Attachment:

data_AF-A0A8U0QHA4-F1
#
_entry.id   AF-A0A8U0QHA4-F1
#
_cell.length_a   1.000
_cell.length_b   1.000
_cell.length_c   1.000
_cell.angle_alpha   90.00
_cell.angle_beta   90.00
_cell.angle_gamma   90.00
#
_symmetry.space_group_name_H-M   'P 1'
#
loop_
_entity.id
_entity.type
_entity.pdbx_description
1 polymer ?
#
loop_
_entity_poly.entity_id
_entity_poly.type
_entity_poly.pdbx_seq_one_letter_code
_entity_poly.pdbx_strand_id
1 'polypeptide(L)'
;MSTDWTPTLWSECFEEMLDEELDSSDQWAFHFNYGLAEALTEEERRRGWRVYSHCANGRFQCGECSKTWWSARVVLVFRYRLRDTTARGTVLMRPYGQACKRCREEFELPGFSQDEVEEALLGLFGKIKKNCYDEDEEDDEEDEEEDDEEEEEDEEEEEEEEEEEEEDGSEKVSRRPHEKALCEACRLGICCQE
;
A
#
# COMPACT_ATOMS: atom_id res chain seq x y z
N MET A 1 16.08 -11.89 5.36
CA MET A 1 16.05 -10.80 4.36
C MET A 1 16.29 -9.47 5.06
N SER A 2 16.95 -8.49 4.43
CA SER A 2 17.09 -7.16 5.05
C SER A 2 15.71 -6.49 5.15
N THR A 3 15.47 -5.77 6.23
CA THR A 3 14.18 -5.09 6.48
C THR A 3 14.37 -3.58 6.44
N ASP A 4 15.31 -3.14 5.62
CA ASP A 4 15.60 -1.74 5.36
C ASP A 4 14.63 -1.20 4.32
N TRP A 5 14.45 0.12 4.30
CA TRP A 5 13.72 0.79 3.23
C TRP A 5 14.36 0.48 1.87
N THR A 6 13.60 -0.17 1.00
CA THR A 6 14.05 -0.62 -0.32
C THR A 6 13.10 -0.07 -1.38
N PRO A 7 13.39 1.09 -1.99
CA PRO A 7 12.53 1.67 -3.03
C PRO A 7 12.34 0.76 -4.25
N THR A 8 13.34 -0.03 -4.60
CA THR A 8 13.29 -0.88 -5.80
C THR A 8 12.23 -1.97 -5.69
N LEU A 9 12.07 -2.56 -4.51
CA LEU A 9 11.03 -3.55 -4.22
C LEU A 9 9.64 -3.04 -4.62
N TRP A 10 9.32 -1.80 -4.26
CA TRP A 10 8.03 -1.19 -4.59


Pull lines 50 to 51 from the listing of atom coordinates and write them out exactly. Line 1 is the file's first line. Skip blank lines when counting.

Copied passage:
CA PRO A 7 12.53 1.67 -3.03
C PRO A 7 12.34 0.76 -4.25